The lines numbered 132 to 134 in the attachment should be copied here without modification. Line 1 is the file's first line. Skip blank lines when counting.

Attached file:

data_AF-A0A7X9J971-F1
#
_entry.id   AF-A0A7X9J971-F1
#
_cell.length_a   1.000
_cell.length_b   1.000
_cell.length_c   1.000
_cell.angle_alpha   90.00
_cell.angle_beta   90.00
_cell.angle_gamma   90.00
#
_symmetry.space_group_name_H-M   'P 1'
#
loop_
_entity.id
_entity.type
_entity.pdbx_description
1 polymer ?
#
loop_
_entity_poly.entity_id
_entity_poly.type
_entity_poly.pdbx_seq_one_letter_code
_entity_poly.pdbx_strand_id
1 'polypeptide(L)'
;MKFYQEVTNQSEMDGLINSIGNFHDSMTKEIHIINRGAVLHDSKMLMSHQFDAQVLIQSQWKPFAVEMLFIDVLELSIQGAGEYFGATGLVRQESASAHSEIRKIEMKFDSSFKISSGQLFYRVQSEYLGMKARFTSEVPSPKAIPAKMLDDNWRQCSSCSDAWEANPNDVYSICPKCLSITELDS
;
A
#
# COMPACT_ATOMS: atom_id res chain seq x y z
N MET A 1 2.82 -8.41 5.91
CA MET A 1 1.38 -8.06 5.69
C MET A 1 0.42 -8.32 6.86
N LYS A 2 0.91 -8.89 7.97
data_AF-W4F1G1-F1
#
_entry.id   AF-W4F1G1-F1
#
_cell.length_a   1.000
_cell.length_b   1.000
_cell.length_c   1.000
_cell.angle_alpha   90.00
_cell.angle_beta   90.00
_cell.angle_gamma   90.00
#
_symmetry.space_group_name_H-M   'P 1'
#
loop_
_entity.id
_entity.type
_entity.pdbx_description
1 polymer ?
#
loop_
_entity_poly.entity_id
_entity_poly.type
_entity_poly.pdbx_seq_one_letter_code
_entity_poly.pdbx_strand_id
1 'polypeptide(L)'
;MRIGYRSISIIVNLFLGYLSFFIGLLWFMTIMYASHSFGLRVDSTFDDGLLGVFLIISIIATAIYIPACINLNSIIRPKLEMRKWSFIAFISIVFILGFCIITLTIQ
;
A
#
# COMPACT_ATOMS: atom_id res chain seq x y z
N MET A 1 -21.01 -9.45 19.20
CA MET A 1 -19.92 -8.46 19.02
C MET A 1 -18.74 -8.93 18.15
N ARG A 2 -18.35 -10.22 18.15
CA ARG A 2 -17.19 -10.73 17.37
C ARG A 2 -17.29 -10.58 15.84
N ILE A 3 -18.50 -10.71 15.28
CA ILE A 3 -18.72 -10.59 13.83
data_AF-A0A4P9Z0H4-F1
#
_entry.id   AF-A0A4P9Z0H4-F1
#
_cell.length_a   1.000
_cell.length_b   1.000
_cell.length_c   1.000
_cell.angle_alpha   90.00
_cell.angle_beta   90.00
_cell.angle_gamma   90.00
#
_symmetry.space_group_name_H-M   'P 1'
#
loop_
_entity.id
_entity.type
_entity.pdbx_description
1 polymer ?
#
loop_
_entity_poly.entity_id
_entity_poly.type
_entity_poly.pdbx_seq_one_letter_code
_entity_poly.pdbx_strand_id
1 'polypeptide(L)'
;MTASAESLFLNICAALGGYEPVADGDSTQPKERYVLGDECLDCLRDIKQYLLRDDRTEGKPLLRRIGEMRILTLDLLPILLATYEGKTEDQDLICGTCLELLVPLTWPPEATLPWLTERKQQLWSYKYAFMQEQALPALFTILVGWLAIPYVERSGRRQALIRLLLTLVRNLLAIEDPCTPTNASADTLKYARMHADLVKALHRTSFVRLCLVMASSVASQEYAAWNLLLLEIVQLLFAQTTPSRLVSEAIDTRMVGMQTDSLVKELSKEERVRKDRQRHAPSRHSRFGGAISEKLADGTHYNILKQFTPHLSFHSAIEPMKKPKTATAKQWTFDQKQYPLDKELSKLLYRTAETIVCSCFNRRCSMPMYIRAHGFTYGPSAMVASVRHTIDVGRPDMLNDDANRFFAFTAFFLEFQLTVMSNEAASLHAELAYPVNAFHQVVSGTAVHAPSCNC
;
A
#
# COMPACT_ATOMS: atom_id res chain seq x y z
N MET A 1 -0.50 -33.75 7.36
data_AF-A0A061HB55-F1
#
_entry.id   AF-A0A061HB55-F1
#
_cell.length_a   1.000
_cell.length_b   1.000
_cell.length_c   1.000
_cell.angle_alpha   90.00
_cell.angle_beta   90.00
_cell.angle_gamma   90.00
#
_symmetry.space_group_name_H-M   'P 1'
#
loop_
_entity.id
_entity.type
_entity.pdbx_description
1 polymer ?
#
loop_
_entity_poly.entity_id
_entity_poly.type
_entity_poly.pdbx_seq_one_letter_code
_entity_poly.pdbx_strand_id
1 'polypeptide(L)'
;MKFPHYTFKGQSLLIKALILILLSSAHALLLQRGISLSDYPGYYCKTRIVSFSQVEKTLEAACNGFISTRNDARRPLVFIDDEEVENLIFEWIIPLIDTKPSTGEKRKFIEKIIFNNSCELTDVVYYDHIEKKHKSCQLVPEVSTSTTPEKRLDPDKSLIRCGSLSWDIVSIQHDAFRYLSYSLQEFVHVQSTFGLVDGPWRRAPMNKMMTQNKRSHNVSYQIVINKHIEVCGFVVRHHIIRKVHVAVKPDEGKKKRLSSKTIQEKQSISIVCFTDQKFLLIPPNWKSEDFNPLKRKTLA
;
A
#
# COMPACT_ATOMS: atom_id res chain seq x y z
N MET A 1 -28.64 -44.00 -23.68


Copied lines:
#
# COMPACT_ATOMS: atom_id res chain seq x y z
N MET A 1 -28.64 -44.00 -23.68